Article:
- Created on the 23 February, 2017.
Testosterone is a C19 steroid hormone that is mainly produced in the leydig cells of the testes of males and in smaller quantities formed in the ovaries of females. It is known to play vital functions during the development of the male reproductive tissues, bone mass, hair growth, sexual function, supporting increased muscles, stamina, cardiovascular health and the general well-being of the immune system. The determination of testosterone has been useful in diagnosing and treating disorders that involve androgens. These include primary or secondary hypogonadism, disorders originating from testicular problems, defects of the hypothalamus and pituitary glands. Other disorders are impotence in males, virilization (masculinization) due to tumors, hirsutism (excessive hair) in females, adrenogenital syndroms and polycystic ovaries.
In both males and females a large quantity of testosterone is produced from the conversion of circulating androstenedione, DHEA and DHEA-S. It also displays a diurnal rhythm where the highest levels are seen in the morning and the lowest around midnight. Generally adult males usually have around 10-20 fold higher testosterone plasma concentrations present when compared to females. During circulation it is found that the main part of testosterone is bound to plasma proteins for example sex hormone binding globulin (SHBG) and albumin. Only a small portion approx. 1-2 % of the testosterone is unbound or free, this represents the biologically active form. In the cells a large quantity of this hormone can be converted to 5a-dihydrotestosterone, the free testosterone can also be released via the salivary glands. There is a direct correlation between the level of testosterone in saliva and the level of free testosterone present in plasma.
So far, every attempts for a direct quantification of free testosterone using either serum or plasma samples with a commercial immunoassays has failed. The only reliable alternative is using salivary samples to measure it, there have been many publication which have proved that the analysis of free testosterone using saliva provides clinically valid results even when the concentrations being measured are quite low. Also, using salivary methods it is easier to compensate for the episodic secretion pattern by carrying out multiple sampling over a given period of time. A mixture of these sample can then be used to carry out the analysis procedure, whereas only using single salvia sample per analysis will give arbitrary results, similar to those obtained for serum and plasma samples.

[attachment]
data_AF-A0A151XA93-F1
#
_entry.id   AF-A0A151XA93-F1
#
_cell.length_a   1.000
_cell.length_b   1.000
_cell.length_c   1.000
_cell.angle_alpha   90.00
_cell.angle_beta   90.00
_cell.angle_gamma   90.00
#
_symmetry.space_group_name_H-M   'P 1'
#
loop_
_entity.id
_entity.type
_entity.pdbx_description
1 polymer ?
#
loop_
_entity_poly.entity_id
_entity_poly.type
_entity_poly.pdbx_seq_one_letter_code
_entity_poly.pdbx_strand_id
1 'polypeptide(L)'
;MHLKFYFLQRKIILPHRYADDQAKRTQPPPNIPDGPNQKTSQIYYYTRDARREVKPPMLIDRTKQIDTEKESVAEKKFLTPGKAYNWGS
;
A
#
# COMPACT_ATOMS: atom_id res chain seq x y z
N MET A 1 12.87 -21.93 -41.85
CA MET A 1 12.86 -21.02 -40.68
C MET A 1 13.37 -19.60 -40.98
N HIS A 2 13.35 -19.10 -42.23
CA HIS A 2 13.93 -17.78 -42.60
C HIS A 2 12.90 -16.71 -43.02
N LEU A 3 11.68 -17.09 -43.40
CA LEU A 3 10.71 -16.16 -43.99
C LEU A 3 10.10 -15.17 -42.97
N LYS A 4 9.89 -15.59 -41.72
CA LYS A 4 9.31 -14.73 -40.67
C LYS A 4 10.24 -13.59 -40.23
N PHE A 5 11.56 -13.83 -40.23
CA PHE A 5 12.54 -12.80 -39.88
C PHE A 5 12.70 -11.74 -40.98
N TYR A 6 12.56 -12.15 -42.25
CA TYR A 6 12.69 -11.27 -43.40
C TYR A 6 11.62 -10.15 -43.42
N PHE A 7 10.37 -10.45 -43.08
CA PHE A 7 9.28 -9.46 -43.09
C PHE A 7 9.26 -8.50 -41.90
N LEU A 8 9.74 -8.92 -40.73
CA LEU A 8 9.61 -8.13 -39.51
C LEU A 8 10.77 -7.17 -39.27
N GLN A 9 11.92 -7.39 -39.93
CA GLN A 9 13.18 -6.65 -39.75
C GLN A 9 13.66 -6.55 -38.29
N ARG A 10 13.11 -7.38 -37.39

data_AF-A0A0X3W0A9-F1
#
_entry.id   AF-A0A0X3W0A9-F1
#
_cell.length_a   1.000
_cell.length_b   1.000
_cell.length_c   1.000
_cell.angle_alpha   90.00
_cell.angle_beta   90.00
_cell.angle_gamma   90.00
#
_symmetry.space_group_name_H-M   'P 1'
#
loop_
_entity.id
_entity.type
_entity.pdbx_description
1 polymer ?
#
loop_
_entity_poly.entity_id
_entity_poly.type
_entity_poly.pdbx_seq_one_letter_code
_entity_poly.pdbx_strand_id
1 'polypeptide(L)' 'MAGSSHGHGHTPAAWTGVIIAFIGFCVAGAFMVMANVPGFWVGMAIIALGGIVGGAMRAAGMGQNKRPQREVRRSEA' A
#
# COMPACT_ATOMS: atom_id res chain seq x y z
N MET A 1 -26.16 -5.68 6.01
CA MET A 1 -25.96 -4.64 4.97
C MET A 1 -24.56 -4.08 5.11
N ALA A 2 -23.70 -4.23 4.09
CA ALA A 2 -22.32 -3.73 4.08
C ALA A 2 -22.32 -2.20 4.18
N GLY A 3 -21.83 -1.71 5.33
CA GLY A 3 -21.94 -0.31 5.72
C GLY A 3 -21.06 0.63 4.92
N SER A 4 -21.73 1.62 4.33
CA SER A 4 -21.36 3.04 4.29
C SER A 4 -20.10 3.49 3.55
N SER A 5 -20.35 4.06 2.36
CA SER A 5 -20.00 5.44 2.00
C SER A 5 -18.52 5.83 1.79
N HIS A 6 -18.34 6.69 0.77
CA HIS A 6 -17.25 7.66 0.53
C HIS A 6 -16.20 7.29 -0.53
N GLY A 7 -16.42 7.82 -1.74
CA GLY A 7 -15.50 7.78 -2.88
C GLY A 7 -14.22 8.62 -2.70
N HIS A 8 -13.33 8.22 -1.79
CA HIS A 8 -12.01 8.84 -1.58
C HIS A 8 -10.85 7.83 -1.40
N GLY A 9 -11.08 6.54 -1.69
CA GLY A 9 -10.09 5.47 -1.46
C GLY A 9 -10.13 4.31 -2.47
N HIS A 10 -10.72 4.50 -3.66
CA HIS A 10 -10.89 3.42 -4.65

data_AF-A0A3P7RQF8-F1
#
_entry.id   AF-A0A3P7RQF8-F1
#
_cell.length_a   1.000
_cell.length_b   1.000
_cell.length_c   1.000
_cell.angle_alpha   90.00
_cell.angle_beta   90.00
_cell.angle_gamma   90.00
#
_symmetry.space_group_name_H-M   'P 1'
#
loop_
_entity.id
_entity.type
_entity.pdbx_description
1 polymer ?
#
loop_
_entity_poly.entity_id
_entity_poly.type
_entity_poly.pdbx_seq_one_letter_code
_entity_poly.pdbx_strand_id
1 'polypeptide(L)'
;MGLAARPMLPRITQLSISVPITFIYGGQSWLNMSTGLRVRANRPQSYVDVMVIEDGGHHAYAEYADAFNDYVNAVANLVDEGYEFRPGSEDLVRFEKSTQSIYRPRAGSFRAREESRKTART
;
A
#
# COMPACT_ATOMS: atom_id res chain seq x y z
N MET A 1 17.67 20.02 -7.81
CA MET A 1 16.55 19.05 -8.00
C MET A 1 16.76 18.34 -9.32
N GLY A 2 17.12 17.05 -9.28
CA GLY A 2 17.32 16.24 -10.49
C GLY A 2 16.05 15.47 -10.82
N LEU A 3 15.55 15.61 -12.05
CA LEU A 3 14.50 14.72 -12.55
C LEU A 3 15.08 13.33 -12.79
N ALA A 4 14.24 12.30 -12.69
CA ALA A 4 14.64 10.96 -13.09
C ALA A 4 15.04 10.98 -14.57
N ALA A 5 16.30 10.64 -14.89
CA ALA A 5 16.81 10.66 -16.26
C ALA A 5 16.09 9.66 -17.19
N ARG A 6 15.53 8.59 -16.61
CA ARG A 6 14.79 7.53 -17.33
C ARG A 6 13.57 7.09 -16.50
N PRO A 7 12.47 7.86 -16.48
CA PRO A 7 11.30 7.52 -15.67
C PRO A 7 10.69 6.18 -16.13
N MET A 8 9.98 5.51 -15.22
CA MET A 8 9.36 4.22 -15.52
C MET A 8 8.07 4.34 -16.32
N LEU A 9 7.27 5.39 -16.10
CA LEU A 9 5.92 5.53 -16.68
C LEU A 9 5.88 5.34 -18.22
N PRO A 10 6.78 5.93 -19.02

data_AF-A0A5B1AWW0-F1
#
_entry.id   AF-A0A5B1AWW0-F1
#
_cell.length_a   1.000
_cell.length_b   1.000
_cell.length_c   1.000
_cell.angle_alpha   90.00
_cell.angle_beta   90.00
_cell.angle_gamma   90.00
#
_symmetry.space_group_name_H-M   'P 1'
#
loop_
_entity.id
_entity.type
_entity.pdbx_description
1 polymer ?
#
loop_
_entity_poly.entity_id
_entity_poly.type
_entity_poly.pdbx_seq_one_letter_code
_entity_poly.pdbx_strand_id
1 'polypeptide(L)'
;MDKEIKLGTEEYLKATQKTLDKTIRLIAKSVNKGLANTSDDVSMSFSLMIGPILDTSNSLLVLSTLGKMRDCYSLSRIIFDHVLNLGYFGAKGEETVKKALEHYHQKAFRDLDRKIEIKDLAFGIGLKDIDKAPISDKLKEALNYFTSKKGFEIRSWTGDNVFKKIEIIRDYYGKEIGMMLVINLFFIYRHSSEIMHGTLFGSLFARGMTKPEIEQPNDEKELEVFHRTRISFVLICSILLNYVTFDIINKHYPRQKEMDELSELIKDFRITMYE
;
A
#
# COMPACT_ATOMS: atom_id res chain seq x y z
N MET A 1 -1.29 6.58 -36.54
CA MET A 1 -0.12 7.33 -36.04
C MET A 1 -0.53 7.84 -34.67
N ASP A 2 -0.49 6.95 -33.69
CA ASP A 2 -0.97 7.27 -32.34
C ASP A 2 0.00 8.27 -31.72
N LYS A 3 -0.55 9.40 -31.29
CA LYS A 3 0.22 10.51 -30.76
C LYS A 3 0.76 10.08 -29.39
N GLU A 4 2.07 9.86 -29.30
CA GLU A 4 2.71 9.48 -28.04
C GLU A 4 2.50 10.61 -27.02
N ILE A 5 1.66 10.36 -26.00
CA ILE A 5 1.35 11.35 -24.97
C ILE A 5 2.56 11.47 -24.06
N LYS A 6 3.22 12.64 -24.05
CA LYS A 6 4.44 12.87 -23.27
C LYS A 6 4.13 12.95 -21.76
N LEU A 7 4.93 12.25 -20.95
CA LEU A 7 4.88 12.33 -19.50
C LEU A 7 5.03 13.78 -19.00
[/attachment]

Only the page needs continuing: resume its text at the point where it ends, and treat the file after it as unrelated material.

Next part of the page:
Free testosterone in saliva ELISA kit is an accurate in vitro quantitative method for detecting free testosterone (17beta-hydroxy-4-androstene-3-one) in human saliva samples. This assay has a minimum sensitivity detection limit of 2.2 pg/ml.
The minimum sensitivity detection limit of testosterone using this human free testosterone in saliva ELISA kit was approximately 2.2 pg/ml. The dynamic assay range for this kit is 10.0 – 1,000.0 pg/ml.
- Assessing biological maturity: chronological age and the pubertal development scale predict free testosterone in adolescent males. J Pediatr Endocrinol Metab. (2015) 28 (3-4): 381-6. Hibberd E.E., et al.
- Analytical Evaluation of Free Testosterone and Cortisol Immunoassays in Saliva as a Reliable Alternative to Serum in Sports Medicine. J Clin Lab Anal. (2016) 30 (5): 732-5. Lippi G., et al.
- Relationships between salivary free testosterone and the expression of force and power in elite athletes. J Sports Med Phys Fitness. (2012) 52 (2): 221-7. Crewther B.T., et al.
- A critical evaluation of salivary testosterone as a method for the assessment of serum testosterone. Steroids. (2014) 86: 5-9. Fiers T., et al.
- Full Name: Free Testosterone Saliva ELISA Kit
- Reactivity: Human
- Sample Type: Saliva
- Sensitivity: 2.2 pg/ml